Teaching is a lot of fun. At the moment I’m leading a weekly essay writing workshop. It’s great fun on two levels: preparing for the class each week, and interacting with the students. On the weekend I got together two pages of dot-points of what I thought was most important about essay writing. They seemed to find that helpful, especially my idea of labeling paragraphs while you are revising them (a technique I still sometimes find essential). Thinking about the details of writing, and of how to communicate these details effectively, is proving to be useful for my own writing as well as my teaching.
I think English literature students are more concerned with marks here in England than they are in Australia. This could be an unfair generalization, but I think that the fact that your degree as a whole is graded here has quite an impact on students. In Australia an Arts degree is an Arts degree. The only time the marks matter is if you want to go on to further study, and even then, your Honours marks are more important than your Bachelors degree (correct me if I’m wrong).
Interacting with undergraduates makes me reflect on how I learned things in my undergraduate days. Sometimes I wish I could give my poor undergrad self a good talking to, and go back and do things differently. I never had a problem with marks, mostly because I already had a pretty fluid writing style, which many undergraduates lack. But I did find some of the ideas pretty challenging. And I found some friends who confirmed my fears, and proceeded to block myself off from a lot of things (like theory) I should have taken more seriously.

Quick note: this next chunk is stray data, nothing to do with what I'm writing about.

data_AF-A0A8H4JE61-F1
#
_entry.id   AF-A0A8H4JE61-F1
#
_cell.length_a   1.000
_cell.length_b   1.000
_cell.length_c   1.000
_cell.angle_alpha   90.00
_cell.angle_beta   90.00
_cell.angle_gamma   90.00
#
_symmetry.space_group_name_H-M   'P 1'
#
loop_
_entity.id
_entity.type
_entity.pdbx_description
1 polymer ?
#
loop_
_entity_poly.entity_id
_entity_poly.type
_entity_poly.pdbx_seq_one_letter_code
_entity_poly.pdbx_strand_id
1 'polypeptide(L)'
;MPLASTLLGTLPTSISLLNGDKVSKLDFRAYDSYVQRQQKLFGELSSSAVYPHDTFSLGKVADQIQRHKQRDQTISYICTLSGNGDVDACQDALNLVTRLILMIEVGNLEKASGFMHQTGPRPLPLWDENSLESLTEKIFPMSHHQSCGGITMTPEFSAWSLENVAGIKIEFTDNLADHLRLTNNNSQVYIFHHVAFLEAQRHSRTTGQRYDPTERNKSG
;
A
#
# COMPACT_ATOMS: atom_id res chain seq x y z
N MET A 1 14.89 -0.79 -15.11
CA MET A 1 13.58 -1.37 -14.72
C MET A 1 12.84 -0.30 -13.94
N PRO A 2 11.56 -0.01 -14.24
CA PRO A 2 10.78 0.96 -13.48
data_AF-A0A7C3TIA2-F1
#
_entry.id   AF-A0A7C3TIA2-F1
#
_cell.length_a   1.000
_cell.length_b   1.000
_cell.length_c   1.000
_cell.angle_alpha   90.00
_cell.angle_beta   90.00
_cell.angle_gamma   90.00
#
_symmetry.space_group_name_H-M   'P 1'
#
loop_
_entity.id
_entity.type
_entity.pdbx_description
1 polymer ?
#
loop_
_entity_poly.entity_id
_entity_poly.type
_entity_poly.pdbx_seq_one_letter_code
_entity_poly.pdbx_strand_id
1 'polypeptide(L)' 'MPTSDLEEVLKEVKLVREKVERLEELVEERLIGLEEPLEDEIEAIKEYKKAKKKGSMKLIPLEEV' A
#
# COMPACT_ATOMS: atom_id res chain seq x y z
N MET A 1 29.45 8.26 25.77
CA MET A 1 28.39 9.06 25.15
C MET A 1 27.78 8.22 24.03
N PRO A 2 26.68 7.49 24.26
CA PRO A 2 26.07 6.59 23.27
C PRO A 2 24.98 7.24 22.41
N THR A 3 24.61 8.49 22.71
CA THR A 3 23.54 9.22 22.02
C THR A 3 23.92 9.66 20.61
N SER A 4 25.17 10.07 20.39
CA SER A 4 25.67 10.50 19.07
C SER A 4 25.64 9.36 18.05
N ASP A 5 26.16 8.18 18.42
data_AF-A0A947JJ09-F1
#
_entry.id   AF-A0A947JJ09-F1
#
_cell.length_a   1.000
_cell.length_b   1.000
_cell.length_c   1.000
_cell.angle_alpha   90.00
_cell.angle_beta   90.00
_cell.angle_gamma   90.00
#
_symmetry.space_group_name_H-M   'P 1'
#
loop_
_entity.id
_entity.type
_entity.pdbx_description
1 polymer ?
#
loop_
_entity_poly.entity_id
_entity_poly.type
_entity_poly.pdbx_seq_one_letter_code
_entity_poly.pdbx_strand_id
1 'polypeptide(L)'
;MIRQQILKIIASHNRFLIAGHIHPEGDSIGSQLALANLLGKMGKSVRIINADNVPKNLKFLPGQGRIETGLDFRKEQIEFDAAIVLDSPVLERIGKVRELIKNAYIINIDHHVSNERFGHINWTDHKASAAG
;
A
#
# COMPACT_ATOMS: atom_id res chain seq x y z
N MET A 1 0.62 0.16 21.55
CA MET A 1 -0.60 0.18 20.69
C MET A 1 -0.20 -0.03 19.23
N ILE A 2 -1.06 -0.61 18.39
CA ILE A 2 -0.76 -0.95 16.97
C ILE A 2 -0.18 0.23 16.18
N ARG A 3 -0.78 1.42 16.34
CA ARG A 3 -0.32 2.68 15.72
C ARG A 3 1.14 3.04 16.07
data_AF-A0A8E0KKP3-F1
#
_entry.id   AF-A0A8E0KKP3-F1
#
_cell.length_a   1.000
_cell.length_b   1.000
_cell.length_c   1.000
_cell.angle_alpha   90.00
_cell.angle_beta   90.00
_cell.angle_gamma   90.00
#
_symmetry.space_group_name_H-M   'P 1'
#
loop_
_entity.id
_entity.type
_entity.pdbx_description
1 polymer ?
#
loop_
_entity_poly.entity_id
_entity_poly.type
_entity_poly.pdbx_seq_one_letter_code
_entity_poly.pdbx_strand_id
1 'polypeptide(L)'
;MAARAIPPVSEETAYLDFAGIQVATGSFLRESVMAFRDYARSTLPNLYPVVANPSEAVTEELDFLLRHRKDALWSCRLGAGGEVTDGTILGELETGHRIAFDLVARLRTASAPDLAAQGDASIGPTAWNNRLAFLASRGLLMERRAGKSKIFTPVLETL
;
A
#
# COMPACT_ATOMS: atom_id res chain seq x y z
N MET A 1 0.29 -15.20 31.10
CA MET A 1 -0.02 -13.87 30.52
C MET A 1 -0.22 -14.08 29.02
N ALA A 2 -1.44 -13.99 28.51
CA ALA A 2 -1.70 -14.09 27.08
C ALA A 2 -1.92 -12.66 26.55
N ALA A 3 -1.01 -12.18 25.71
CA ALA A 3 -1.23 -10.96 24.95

We were scared, in those days, of Cultural Studies ‘taking over’. I think there was a bit of tension in the department itself, and some of the old school lecturers felt a bit under siege. I was intimidated by the super-trendy students who tried to fit the word ‘Foucault’ as many times as they could into one sentence, whilst leaning provocatively back in their chairs. They treated postmodernism as a religion. My response was to duck out of the firing line. I sat through the compulsory theory course in my Honours year under duress. It was torture.
It’s not torture any more. At least, not all the time. What is literary criticism anyway, but theories about literature? I’ve been thinking a lot about teaching and research, and how they intersect. And exactly what are we teaching anyway? To write? To think? To situate yourself within an ever-changing field of ideas? Teaching, writing and research seem like linked adventures, raids on the inarticulate, to quote one of my favourite passages from Four Quartets:
And so each venture
Is a new beginning, a raid on the inarticulate
With shabby equipment always deteriorating
In the general mess of imprecision of feeling,
Undisciplined squads of emotion.
It’s fun to share this adventure.